Millions of dollars of drugs, property and cash, along with weapons, have been seized in a major police operation targeting an alleged criminal organization smuggling drugs in and out of Canada.
Project Beyond, which started seven months ago, has resulted in the arrest of 27 people who face criminal organization and drug trafficking-based charges.
Members of the Toronto Police Drug Squad Major Projects Section, York Regional Police and the Canada Border Services Agency conducted the joint forces operation into the organization involved in the distribution, trafficking and export of narcotics in Toronto, York Region and beyond.
At a news conference at police headquarters on July 14, Superintendent Gord Sneddon, of the Organized Enforcement Section, said the alleged criminal organization’s reach extended beyond Ontario.
“Their range of influence has spread to the United States,” he said. “We worked with the Drug Enforcement Administration, particularly in New York State, and we have had some success.”
Various controlled substances, including cocaine, marijuana, crystal meth, opium, ketamine and fentanyl, totalling 283.2 kilos, with a street value of over $14 million, were seized. A total of 103 kilos of cutting agents for cocaine with a street value of $164,220 were also seized.
In addition, eight firearms, including a Tec 9 machine pistol with a silencer, an SKS rifle, a Springfield .40 cal handgun, a 30/30 rifle and two 12 gauge shotguns, along with 418 rounds of ammunition and a silencer, were seized.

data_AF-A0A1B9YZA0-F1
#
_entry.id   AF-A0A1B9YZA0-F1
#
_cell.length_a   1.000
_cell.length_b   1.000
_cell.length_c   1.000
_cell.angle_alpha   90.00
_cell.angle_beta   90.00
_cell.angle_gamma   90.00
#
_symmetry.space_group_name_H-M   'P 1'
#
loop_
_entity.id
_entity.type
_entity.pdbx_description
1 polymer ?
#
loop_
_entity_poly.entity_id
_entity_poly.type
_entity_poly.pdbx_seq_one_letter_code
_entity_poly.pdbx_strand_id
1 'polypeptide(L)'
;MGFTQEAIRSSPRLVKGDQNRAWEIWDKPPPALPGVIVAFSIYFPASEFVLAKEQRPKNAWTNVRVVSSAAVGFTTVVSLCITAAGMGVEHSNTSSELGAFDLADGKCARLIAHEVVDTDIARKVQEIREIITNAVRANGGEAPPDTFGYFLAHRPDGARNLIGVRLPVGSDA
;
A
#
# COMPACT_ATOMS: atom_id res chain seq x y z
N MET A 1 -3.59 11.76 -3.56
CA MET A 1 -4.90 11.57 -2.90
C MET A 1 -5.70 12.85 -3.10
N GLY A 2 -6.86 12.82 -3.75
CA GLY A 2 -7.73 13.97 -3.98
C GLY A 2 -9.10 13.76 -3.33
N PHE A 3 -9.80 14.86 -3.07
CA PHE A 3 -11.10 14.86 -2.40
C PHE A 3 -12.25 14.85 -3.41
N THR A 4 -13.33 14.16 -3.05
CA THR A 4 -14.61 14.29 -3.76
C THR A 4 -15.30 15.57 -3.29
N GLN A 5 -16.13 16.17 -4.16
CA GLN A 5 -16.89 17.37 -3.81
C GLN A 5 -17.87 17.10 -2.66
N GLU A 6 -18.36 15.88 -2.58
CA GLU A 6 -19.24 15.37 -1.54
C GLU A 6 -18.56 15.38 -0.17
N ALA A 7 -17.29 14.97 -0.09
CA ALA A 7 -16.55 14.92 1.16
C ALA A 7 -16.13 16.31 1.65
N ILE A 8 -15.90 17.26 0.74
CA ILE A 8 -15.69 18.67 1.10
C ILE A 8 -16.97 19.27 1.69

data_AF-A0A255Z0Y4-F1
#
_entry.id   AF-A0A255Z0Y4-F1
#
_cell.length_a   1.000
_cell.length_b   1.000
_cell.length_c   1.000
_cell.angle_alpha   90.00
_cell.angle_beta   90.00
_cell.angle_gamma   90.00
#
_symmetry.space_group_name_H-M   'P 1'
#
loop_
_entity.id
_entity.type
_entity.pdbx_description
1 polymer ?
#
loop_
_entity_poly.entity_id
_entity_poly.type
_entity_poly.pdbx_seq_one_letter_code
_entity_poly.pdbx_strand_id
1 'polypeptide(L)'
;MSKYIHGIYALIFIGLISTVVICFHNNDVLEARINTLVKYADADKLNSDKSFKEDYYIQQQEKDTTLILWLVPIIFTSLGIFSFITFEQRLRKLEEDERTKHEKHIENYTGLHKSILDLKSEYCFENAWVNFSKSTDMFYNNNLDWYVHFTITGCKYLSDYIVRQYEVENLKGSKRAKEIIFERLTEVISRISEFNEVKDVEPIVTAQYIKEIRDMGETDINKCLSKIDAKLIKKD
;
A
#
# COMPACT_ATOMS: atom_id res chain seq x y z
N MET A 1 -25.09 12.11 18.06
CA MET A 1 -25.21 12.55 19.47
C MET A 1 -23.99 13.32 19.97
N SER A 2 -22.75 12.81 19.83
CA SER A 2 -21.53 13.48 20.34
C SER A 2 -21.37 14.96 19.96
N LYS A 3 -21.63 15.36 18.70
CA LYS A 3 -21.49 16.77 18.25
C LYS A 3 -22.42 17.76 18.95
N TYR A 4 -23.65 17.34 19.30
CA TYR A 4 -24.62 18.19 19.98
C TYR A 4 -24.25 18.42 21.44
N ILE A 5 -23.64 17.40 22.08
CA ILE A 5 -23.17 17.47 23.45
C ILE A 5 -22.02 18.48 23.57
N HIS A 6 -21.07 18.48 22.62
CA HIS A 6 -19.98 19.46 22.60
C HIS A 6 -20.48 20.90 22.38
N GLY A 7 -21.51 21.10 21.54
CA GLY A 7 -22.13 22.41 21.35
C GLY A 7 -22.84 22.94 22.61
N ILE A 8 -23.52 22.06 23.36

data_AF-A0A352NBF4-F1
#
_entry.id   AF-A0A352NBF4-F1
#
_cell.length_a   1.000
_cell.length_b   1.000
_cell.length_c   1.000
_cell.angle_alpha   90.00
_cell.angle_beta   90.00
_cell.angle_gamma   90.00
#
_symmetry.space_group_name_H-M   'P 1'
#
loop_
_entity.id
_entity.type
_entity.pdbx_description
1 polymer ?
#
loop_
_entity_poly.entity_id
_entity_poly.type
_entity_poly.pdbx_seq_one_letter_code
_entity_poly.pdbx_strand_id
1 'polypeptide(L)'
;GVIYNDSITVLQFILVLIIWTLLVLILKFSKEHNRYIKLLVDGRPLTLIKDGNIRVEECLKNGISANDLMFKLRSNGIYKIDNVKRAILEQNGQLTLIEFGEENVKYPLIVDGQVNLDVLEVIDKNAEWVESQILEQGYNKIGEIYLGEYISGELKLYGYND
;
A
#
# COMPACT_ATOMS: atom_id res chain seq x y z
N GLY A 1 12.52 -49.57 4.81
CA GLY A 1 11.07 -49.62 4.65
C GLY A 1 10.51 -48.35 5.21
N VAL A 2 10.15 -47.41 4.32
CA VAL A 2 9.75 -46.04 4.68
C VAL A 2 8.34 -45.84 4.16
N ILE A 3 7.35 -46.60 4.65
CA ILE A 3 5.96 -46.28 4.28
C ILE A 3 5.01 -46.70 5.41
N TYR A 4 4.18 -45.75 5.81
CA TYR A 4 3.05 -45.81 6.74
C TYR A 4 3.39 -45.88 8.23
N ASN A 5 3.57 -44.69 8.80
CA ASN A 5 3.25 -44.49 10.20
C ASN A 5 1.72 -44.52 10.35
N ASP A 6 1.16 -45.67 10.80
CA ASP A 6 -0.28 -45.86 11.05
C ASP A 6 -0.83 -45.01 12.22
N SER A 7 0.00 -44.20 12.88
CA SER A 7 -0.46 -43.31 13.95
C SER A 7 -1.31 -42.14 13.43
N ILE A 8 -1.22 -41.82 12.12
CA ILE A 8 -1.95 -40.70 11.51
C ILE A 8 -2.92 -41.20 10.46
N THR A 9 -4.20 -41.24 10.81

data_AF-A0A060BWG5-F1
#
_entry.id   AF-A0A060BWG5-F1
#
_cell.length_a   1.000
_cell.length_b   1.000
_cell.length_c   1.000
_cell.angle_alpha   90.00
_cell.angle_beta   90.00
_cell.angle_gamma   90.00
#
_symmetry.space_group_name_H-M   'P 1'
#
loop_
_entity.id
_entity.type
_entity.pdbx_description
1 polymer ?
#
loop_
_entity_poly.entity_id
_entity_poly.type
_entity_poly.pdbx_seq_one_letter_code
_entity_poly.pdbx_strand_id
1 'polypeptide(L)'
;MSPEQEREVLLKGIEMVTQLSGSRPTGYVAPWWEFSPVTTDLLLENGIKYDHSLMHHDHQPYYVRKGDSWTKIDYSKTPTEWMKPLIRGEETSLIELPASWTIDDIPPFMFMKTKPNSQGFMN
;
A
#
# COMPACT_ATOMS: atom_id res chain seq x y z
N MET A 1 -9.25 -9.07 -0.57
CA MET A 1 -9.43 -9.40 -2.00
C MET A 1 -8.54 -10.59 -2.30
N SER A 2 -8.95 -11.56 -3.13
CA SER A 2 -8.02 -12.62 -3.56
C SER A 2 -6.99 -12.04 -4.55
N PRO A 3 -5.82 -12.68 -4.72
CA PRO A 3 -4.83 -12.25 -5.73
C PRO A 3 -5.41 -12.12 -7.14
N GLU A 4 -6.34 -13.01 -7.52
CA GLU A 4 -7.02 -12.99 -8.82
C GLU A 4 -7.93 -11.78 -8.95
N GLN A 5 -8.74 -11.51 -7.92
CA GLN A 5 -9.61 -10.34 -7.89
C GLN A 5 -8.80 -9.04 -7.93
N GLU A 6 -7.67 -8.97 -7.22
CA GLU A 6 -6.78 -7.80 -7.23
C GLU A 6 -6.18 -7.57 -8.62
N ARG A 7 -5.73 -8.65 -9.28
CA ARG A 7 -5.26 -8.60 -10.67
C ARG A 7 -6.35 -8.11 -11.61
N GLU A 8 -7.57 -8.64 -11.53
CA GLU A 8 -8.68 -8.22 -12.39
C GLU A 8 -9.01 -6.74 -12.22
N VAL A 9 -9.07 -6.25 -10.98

“It’s always good to see one gun off the street,” said Sneddon. “That is always a positive thing because it only takes one bullet from one gun to kill one individual and we have seen enough of that violence in our communities. Some of these firearms are only built for one purpose and that’s to kill.”
Assets such as bank accounts, money counters and condominiums, worth almost $3.4 million, believed to be gained from a criminal lifestyle and $2.4 million in cash proceeds were also seized in the joint exercise.
Sneddon said the organization, which doesn’t have a name, was sophisticated and it compromised members of various ethnic groups.
“The one common denominator is the desire to make money from the misery of other people,” he said.
Law enforcement will allege that Kevin Er, 40, of Richmond Hill, was the organization’s leader.
“It’s very clear from our investigation that there was a hierarchy in this organization,” said Snedden.
Inspector Dieter Boeheim, of York Regional Police, said Er is known to that police service.
“He’s known for criminal endeavours, generally drugs,” said Boeheim.
Er faces 15 charges.